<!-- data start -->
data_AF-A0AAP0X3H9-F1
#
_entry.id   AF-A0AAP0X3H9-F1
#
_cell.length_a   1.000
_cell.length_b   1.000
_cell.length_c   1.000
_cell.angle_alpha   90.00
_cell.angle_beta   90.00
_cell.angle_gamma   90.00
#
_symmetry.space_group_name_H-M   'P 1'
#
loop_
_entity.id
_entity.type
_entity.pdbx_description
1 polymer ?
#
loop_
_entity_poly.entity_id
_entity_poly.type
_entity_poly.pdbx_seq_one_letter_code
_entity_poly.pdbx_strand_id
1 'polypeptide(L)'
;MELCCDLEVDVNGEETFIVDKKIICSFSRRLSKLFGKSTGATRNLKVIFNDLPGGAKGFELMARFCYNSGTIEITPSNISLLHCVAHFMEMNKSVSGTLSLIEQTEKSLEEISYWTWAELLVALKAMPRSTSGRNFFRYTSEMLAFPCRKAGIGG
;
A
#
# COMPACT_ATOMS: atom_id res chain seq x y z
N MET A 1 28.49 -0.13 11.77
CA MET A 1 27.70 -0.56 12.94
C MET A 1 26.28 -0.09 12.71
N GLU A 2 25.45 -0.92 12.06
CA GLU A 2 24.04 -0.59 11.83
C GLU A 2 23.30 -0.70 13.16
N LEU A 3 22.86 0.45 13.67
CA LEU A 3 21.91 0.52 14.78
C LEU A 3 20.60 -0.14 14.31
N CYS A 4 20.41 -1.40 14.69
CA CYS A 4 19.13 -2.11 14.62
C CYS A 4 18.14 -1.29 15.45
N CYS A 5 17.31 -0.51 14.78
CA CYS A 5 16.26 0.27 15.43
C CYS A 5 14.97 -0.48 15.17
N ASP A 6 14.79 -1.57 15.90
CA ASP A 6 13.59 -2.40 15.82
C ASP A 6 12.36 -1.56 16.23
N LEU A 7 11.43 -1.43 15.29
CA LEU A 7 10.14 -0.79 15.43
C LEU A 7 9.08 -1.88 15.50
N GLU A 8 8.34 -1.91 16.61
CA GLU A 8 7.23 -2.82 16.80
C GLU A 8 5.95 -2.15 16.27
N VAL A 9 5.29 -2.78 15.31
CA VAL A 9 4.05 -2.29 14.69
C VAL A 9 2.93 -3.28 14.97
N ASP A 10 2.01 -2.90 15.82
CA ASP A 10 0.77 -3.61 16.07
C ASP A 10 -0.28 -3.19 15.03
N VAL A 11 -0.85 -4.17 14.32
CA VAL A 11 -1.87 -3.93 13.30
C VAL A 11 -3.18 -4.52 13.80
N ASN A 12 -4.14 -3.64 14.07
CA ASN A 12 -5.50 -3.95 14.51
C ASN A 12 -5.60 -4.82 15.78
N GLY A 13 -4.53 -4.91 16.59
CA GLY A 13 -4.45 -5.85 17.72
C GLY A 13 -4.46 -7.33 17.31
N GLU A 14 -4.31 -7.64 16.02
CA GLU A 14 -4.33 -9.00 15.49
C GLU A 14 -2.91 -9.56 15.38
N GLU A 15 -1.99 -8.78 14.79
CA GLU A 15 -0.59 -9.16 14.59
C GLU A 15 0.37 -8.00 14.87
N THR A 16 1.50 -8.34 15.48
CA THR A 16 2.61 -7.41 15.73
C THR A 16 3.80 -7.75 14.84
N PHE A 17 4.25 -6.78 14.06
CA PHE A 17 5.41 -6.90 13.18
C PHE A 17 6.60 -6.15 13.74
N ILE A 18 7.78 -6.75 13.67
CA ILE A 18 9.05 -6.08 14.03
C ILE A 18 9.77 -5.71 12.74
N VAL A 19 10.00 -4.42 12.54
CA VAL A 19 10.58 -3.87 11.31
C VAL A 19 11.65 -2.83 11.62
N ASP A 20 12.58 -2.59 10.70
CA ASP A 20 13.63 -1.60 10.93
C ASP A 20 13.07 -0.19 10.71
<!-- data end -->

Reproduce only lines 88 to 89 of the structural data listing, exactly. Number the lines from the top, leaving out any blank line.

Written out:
N ASP A 20 12.58 -2.59 10.70
CA ASP A 20 13.63 -1.60 10.93